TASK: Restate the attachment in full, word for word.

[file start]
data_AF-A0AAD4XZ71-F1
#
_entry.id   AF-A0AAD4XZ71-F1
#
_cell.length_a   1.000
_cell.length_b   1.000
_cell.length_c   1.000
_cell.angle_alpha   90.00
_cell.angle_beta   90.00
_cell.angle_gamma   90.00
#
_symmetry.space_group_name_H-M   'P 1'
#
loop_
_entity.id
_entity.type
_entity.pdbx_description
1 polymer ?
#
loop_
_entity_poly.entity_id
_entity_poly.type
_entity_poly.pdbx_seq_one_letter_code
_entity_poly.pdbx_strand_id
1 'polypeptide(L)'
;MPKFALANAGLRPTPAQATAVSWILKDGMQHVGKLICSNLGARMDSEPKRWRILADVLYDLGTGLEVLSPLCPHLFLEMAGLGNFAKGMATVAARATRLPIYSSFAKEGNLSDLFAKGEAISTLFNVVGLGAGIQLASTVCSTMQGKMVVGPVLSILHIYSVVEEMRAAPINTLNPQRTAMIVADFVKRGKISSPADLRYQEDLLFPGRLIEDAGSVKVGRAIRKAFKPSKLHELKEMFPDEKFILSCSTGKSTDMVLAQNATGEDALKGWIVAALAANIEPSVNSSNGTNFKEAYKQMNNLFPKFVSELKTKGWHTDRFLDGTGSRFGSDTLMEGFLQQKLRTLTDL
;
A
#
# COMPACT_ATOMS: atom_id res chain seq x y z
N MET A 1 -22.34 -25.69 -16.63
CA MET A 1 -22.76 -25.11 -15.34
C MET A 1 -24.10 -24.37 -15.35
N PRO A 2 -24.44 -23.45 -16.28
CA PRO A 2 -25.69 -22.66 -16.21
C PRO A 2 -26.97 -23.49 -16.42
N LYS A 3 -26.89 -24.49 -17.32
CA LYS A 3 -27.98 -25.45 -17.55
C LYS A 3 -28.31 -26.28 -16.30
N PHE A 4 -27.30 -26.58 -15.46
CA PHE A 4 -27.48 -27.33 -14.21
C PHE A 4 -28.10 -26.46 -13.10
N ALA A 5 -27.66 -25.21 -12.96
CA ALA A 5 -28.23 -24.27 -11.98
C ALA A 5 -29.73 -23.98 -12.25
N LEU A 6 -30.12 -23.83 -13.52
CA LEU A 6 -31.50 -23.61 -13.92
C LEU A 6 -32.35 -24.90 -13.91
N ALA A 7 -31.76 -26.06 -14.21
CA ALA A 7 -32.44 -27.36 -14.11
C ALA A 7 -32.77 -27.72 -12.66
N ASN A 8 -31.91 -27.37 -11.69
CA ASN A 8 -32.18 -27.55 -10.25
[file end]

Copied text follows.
data_AF-A0AAD4XZ71-F1
#
_entry.id   AF-A0AAD4XZ71-F1
#
_cell.length_a   1.000
_cell.length_b   1.000
_cell.length_c   1.000
_cell.angle_alpha   90.00
_cell.angle_beta   90.00
_cell.angle_gamma   90.00
#
_symmetry.space_group_name_H-M   'P 1'
#
loop_
_entity.id
_entity.type
_entity.pdbx_description
1 polymer ?
#
loop_
_entity_poly.entity_id
_entity_poly.type
_entity_poly.pdbx_seq_one_letter_code
_entity_poly.pdbx_strand_id
1 'polypeptide(L)'
;MPKFALANAGLRPTPAQATAVSWILKDGMQHVGKLICSNLGARMDSEPKRWRILADVLYDLGTGLEVLSPLCPHLFLEMAGLGNFAKGMATVAARATRLPIYSSFAKEGNLSDLFAKGEAISTLFNVVGLGAGIQLASTVCSTMQGKMVVGPVLSILHIYSVVEEMRAAPINTLNPQRTAMIVADFVKRGKISSPADLRYQEDLLFPGRLIEDAGSVKVGRAIRKAFKPSKLHELKEMFPDEKFILSCSTGKSTDMVLAQNATGEDALKGWIVAALAANIEPSVNSSNGTNFKEAYKQMNNLFPKFVSELKTKGWHTDRFLDGTGSRFGSDTLMEGFLQQKLRTLTDL
;
A
#
# COMPACT_ATOMS: atom_id res chain seq x y z
N MET A 1 -22.34 -25.69 -16.63
CA MET A 1 -22.76 -25.11 -15.34
C MET A 1 -24.10 -24.37 -15.35
N PRO A 2 -24.44 -23.45 -16.28
CA PRO A 2 -25.69 -22.66 -16.21
C PRO A 2 -26.97 -23.49 -16.42
N LYS A 3 -26.89 -24.49 -17.32
CA LYS A 3 -27.98 -25.45 -17.55
C LYS A 3 -28.31 -26.28 -16.30
N PHE A 4 -27.30 -26.58 -15.46
CA PHE A 4 -27.48 -27.33 -14.21
C PHE A 4 -28.10 -26.46 -13.10
N ALA A 5 -27.66 -25.21 -12.96
CA ALA A 5 -28.23 -24.27 -11.98
C ALA A 5 -29.73 -23.98 -12.25
N LEU A 6 -30.12 -23.83 -13.52
CA LEU A 6 -31.50 -23.61 -13.92
C LEU A 6 -32.35 -24.90 -13.91
N ALA A 7 -31.76 -26.06 -14.21
CA ALA A 7 -32.44 -27.36 -14.11
C ALA A 7 -32.77 -27.72 -12.66
N ASN A 8 -31.91 -27.37 -11.69
CA ASN A 8 -32.18 -27.55 -10.25